With cyber hackers getting ever more sophisticated with their methods to steal people’s financial and personal information, vigilance and caution are crucial to avoid becoming a victim.
That was the message from San Diego Deputy District Attorney Brendan McHugh when speaking for a Continuing Education Center at Rancho Bernardo virtual class on Nov. 11.
McHugh told attendees — who were primarily area seniors — that they need to have situational awareness. Just like they would not access an ATM located in a dark alley, they have to be very cautious when clicking on links they come across on their computer or smartphone.
During his presentation, McHugh covered a wide range of ways criminals are using technology to steal people’s money and information. This is done through ransomware, spyware, adware, worms, trojans (malware snuck on a computer) and botnets (computers turned into “zombies” where they are accessed to commit crimes).
While some of these methods are geared toward companies, he said individuals can be targeted so they — or their devices — become unwitting participants in the crimes. With an increasing number of homes having “smart” devices like refrigerators, toilets, toys, robotic vacuum cleaners, locks, light bulbs, coffee makers, smart watches and home automation devices, hackers have many new ways to access one’s devices and networks.
In addition, McHugh said many of these Internet of Things devices do not have the same system updates that computers have, so vulnerabilities are not fixed. This leaves them more susceptible to hacking.
Ransomware is especially popular when committing fraud, he said. When launched on someone’s system, their files are encrypted and they lose access to their photos and documents.
“Typically it comes in an email with a code that encrypts all files in the hard drive,” McHugh said. “They ask for payment, often by cryptocurrency or gift cards. … It is fraud.”
McHugh said the “first generation” of ransomware only encrypted a computer hard drive, but the “second generation” now not only demands payment for the files to be unlocked, but threatens to release those files on the dark web.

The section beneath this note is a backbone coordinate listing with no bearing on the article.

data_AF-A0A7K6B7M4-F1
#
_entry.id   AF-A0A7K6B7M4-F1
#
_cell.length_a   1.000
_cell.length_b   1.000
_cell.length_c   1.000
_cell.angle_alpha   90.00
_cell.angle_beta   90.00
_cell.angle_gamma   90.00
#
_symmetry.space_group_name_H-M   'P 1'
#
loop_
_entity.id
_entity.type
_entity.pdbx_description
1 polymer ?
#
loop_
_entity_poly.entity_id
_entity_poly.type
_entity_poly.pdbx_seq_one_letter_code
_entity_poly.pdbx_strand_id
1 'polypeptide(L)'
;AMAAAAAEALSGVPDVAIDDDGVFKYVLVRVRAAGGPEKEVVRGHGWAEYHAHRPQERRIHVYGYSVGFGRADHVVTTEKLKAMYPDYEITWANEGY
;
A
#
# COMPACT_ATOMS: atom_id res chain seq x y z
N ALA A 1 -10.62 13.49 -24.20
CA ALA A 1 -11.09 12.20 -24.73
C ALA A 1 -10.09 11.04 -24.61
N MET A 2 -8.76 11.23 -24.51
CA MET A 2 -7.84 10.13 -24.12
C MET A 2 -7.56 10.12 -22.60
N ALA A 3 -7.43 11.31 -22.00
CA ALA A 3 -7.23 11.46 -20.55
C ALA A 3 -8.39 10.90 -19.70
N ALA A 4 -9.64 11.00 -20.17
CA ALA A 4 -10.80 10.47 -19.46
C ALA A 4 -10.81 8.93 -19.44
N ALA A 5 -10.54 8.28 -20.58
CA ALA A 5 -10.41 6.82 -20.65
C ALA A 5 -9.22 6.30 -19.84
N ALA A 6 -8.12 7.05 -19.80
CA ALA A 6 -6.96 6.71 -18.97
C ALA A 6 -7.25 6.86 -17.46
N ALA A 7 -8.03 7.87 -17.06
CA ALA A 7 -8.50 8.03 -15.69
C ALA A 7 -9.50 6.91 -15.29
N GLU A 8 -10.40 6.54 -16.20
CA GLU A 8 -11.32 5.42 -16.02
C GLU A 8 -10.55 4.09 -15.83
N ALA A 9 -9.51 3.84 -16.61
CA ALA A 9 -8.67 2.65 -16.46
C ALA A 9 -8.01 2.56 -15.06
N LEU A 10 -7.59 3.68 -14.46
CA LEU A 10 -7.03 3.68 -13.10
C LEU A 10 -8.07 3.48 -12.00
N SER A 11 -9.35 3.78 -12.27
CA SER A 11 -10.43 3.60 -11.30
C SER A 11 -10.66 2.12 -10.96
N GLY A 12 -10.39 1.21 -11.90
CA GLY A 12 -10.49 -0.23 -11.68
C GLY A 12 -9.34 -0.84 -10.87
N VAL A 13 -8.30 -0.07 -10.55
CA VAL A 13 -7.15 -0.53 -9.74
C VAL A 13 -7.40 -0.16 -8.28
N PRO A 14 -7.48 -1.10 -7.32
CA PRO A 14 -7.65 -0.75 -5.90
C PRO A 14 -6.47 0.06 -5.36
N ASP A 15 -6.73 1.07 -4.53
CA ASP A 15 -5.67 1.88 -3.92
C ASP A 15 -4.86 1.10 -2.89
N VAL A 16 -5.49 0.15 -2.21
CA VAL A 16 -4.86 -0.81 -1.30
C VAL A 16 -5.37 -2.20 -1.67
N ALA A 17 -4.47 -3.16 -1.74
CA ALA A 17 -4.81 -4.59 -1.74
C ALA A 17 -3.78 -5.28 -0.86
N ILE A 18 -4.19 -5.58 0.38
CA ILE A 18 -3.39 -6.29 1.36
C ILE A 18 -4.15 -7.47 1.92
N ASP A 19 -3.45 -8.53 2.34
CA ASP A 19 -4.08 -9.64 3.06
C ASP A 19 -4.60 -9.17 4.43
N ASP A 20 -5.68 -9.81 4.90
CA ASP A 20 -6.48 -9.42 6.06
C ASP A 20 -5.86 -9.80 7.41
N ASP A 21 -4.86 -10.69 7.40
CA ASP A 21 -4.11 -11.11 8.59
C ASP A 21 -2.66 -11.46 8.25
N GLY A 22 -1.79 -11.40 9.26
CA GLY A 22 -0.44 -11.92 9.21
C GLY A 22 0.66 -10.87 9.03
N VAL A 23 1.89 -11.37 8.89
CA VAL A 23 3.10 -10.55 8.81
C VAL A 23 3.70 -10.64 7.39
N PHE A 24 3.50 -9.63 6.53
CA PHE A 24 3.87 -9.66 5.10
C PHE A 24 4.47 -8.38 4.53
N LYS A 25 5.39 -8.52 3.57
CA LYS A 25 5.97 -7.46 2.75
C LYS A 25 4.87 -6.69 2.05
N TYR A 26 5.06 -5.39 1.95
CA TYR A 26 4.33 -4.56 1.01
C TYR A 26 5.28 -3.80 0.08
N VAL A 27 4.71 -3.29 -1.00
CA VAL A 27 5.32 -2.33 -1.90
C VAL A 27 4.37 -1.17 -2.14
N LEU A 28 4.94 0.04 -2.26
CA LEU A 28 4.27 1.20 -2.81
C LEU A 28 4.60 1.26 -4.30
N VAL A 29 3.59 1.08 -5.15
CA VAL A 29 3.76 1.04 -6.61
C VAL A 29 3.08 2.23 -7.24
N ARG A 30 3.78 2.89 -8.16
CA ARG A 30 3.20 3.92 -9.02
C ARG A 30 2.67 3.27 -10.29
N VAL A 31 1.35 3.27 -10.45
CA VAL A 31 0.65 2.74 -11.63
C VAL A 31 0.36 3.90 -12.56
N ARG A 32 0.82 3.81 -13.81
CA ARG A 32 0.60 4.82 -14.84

“They will publish your data on the dark web,” McHugh said. “This is extortion.”
He said the best way to not become a ransomware victim is to not click on links that come in emails, whether the sender is known or not. Just because the email sender’s name is someone you know, their system could have already been hacked.
“Be very cautious about clicking links,” McHugh said, adding it is best to verify with the sender via phone or other means that the email is really from them.
“It is critical to have a backup, either cloud-based or external hard drive that is not connected to your system except when doing the backup,” he said. “If your backup is connected it could also be encrypted … so keep it separate.”
McHugh said this is also a good practice to follow in case the computer gets damaged through other means, such as by water or fire. A separate, unconnected system allows for the system’s files to be restored.
He said phishing is also a popular way to steal personal information and often comes in messages that appear to be from a financial institution.
“If it is an unsolicited text or email don’t click on the link,” McHugh said, explaining the hacker is trying to access the financial account’s username and password.
According to McHugh, trojans can give the hacker remote access to a device. For example, the hacker can turn on a computer’s video camera and see or hear whatever is going on within the computer’s range. He said it is best to turn off the computer, not just put it in sleep mode.
As for other types of crimes, McHugh said it is important to stay on top of one’s credit reports in case a company one does business with has been hacked. “We have to make sure our information is not used to victimize us,” he said.
He also said it is important to practice “cyber hygiene.” This includes using complex and unique passwords for each account and changing passwords frequently. Multi-factor authentication is also something he advises. When logging into an account, a code is sent to a cell phone and that code must also be used for the account to be accessed. He said most banking and email sites offer multi-factor authentication. Update anti-virus software and operating systems whenever an update is released as it fixes the latest-known system vulnerabilities.
If one becomes a hacking victim, McHugh said it is important to not give the criminal money. The rise in cryptocurrency has made it “extremely difficult” to investigate and get the money back. He also said it is important to file a police report.
“The only way we can investigate is if we know about it,” he said.
He also said people should consider putting a fraud alert on their credit reports, especially if they will not be applying for new lines of credit. If they need to, he said they can have their credit unfrozen. In addition, they should obtain a free credit report each year from the three main credit reporting agencies — Equifax, Experian and TransUnion.
Those who have been victimized can get assistance. One place to contact is the Identity Theft Resource Center at 888-400-5530 or idtheftcenter.org.